A decision was quickly made to transport Sawyer to Boston Children’s Hospital, which has one of the nation’s premier pediatric cardiac surgery programs. It was an exceptionally foggy evening, making a helicopter transport out of the question, so BCH sent their Advanced Life Support ambulance up to Brattleboro to fetch the newborn.
The wait for the BCH ambulance to arrive was excruciating. One of the few things Tessa remembers about those hours is Lindsay, the nurse who initially raised the concern about Sawyer’s color, coming in to her room. “She knelt down beside my bed and she said ‘I’m so sorry this is happening to you,’ and all I could think was ‘You saved my kid’s life!’”
“I think about this a lot,” says Tessa, as her voice tightens. “I think about how hard her job must be some days, having to tell parents that there is something wrong with their baby…”
“I think about all the ‘what-ifs’ says Elijah. “What if Lindsay and the other nurses didn’t have the skills and training to spot the problem? We are so incredibly lucky.”
Upon reaching BCH, Sawyer underwent a cardiac catheterization at one day old and had open-heart surgery to correct the defect at six days old. “The heart is the size of a strawberry at that age,” says Tessa, “So it’s amazing that they are able to make such significant repairs on such a tiny organ.” After 13 days at BCH, Tessa and Elijah were able to bring their baby home to Vermont to get on with the business of healing and growing.
Lindsay Cunningham has been a BMH nurse since 2008 and today is the first time one of her patients has returned specifically to thank her for the important role she’s played in their lives.
“It’s so great to see him doing so well,” she remarks as young Sawyer, now 2 years old, tears around the BMH grounds looking for trees to climb and big rocks to jump from. “I’m not sure what I expected, but I wasn’t expecting…” her voice trails off as she watches Sawyer order his dad to catch him as he flings himself off a boulder. “He was such a sick little boy, and look at him now!”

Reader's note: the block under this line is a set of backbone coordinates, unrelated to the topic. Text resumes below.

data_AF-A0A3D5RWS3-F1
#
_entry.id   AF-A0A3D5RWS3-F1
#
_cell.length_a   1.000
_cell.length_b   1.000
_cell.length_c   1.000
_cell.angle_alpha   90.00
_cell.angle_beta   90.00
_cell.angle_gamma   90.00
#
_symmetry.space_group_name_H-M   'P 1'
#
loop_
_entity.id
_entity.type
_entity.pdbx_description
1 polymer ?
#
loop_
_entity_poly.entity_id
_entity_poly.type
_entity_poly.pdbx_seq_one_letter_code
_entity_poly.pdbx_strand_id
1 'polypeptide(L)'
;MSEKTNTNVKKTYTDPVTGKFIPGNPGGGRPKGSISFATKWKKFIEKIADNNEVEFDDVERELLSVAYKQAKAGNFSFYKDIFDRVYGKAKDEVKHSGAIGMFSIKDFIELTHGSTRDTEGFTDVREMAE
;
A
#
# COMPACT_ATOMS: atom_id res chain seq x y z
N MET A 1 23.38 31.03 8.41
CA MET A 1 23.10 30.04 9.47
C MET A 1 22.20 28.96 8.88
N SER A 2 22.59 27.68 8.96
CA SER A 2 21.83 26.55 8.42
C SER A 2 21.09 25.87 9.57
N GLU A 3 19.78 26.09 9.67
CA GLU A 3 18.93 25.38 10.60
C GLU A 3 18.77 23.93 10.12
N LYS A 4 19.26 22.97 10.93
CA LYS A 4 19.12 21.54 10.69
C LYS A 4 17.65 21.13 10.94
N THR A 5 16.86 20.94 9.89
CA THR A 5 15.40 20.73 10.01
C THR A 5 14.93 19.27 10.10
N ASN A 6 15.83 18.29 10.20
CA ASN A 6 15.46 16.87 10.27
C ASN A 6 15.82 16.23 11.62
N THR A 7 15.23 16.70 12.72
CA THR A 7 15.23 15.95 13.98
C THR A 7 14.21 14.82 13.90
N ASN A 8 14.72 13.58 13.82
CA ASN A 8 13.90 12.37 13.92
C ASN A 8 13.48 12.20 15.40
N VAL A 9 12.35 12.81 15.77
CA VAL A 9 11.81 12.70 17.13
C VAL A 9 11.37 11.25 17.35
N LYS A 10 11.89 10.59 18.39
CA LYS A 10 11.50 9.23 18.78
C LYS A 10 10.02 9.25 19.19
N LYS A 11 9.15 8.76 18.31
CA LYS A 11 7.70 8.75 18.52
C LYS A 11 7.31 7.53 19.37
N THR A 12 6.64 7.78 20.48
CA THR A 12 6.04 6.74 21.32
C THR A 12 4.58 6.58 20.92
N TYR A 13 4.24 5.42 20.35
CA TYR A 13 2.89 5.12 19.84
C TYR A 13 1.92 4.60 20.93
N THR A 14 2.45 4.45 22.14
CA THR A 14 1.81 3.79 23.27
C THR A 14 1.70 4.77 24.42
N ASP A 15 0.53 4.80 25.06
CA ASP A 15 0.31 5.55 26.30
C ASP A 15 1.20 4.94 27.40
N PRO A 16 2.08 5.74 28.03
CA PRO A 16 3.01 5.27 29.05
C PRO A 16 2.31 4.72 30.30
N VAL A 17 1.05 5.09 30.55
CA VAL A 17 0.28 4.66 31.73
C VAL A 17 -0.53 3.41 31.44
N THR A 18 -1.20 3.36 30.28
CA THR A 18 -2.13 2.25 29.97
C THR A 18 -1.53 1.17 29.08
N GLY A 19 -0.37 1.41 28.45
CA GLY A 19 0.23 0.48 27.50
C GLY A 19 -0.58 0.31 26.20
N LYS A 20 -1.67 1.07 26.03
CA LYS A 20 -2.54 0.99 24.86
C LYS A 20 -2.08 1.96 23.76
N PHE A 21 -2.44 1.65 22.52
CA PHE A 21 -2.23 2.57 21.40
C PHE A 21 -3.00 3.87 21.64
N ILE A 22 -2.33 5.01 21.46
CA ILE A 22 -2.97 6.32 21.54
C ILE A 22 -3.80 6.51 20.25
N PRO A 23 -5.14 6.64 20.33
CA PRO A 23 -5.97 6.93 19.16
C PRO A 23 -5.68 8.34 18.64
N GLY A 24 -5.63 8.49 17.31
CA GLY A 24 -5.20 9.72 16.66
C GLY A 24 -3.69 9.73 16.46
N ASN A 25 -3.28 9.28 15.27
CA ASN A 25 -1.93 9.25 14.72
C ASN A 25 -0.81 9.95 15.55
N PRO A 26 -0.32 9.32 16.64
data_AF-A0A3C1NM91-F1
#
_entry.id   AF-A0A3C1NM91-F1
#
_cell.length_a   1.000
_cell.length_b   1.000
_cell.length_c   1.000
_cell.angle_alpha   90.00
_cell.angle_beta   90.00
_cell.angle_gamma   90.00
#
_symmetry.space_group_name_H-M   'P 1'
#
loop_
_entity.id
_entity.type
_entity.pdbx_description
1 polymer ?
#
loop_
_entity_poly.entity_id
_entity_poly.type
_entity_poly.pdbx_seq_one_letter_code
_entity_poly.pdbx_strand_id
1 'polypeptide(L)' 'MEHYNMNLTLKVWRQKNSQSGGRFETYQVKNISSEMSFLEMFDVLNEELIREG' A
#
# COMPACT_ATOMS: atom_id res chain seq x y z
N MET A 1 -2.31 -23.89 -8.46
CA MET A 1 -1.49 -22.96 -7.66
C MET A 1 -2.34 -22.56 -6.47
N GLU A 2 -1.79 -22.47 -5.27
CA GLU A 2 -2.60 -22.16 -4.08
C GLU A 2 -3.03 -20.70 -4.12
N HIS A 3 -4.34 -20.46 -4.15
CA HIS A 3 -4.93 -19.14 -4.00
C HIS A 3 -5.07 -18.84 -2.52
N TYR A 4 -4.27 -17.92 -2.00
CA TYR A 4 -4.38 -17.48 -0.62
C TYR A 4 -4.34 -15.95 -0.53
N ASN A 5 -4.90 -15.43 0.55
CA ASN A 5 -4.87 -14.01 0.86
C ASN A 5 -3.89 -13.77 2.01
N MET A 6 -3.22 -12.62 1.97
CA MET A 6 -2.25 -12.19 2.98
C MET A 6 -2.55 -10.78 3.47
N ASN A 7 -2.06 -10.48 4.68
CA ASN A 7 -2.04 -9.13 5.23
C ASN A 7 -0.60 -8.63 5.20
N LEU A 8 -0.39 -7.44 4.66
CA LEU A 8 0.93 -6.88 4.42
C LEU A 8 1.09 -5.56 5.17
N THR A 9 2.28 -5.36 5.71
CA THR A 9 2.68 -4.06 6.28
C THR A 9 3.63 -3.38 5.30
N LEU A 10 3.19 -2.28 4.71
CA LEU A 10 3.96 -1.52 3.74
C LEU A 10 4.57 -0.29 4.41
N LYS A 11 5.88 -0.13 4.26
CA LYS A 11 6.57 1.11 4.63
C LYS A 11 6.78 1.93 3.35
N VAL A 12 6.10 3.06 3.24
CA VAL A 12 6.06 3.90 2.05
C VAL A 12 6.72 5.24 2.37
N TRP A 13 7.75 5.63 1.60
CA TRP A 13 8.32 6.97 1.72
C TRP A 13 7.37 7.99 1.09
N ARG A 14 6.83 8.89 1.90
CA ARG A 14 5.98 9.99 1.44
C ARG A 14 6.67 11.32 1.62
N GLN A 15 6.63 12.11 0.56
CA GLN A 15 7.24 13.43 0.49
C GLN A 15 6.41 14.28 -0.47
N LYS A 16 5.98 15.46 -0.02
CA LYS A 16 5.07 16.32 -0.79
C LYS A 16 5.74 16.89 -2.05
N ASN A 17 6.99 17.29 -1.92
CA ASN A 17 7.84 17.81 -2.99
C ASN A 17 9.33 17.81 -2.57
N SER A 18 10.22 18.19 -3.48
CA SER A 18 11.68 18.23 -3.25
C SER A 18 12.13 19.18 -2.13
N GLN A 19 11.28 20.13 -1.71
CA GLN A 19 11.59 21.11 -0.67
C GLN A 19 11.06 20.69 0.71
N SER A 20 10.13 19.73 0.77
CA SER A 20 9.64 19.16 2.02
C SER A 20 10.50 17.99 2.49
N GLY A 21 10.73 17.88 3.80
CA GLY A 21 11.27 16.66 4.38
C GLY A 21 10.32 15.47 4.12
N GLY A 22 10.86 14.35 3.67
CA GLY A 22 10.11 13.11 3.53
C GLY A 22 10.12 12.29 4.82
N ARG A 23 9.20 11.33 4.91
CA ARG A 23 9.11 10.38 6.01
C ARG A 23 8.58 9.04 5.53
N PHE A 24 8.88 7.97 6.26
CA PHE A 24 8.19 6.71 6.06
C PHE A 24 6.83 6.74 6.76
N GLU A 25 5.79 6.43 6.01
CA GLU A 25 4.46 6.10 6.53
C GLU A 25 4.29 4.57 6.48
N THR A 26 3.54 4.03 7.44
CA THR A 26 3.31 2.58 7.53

Tessa and Elijah brought Lindsay a vase of freshly-picked garden flowers, and gently encourage Sawyer to present them to her, but he is far too busy exploring to be re-directed. The three adults sit chatting on a bench in BMH’s Healing Garden, Tessa and Elijah recounting some of the details of Sawyer’s surgery and subsequent recovery.
“I don’t often get to see my patients after they leave the hospital,” says Lindsay. “So to have them come back to touch base is really special.” While Sawyer may not yet be aware of the life-saving role Lindsay has played in his life, his parents certainly are.
“Lindsay’s our guardian angel,” says Tessa. “We wouldn’t have even made it to Boston without her and we think about her all the time.”
“We’re always recommending BMH to people as the place to have your baby,” Tessa continues. “Even after we were no longer technically their patients, the Birthing Center staff would call to check in and make sure we were doing OK. Lois, my midwife would call me while we were still at the hospital in Boston and remind me to take care of myself as well. It really makes you feel good that they care so much. They saved our kid’s life, and that’s the 100% truth!”
While the memory of Sawyer’s dramatic entry into the world will always be part of the Daniels’ family narrative, they are living their lives today secure in the knowledge that their son is healthy, happy, and thriving. Other than an annual visit to the cardiologist for a routine check-up, the only other medically-necessary procedure in Sawyer’s future will be a treadmill test when he gets to the age when he might choose to play team sports.
Their experience has inspired Tessa and Elijah to reach out to other families coping with pediatric heart defects, and raising awareness has become a family tradition. In the early summer of 2015, as Sawyer’s second birthday approached, a 16 member family team – siblings, aunts, uncles, grandparents and cousins – made the long trek down to Boston to join over 4,000 others in the Boston Children’s Hospital Eversource Walk For Kids. Though many families walked the 7-mile course together in matching outfits, Sawyer’s was the only team in attendance sporting fire engine red team capes. Emblazoned with “Sawyer’s Warriors” across their backs, the team was led by a grinning red-headed toddler, perched on his dad’s shoulders. His cape, the smallest of the bunch, read “I’m Sawyer!” and was accented with, what else: a Superman logo.